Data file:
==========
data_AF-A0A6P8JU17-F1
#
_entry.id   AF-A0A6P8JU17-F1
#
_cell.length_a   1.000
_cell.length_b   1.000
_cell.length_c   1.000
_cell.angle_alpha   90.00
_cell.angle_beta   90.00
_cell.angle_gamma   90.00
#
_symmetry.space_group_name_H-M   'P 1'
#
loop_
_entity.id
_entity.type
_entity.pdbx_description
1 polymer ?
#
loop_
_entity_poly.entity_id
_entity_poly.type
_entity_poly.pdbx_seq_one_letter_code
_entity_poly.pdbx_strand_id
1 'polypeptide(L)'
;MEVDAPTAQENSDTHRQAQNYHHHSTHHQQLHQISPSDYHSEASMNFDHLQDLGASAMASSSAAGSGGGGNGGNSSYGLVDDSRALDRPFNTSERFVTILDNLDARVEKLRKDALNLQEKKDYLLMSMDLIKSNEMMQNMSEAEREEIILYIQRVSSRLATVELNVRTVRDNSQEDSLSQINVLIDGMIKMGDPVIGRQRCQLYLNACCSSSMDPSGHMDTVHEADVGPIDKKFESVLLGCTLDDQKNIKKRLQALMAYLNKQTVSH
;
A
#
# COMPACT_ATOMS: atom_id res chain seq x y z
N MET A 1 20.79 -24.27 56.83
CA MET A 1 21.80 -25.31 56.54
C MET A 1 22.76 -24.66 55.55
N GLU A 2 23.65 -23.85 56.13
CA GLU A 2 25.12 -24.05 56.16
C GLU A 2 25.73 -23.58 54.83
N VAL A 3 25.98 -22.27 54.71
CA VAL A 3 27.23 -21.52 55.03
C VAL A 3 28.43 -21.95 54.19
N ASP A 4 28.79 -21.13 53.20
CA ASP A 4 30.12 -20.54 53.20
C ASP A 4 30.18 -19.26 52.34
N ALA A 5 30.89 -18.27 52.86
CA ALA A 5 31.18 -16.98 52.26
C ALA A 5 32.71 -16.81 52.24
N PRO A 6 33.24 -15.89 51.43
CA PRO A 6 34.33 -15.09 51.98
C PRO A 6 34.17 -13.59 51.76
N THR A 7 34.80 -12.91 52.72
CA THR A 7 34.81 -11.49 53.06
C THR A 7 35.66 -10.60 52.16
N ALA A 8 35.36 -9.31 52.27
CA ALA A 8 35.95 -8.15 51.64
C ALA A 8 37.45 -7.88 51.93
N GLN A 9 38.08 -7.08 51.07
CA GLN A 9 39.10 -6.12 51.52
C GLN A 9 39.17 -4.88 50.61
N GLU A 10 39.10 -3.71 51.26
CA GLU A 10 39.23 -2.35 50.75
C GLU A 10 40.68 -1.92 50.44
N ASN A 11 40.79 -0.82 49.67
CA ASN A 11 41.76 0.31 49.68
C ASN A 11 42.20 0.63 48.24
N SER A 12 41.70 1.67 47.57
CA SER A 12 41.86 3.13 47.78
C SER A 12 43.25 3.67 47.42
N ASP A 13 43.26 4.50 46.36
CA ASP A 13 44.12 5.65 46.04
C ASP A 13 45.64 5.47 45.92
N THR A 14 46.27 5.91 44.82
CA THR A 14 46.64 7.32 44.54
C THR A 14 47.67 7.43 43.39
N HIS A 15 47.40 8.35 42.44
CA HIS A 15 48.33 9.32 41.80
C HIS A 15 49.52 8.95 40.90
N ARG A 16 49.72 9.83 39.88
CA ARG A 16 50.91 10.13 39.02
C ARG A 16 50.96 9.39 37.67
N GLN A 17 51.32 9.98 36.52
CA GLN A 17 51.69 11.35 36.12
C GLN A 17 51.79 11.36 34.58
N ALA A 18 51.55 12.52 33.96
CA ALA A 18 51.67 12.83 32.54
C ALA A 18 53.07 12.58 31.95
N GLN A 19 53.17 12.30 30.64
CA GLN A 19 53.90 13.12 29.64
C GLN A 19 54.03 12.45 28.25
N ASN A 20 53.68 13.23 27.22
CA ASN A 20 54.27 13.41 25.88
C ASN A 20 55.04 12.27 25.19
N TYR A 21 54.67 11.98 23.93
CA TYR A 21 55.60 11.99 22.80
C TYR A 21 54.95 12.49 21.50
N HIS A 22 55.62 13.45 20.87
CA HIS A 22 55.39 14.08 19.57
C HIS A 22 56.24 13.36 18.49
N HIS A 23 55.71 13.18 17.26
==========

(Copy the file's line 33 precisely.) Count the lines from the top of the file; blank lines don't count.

C MET A 1 22.76 -24.66 55.55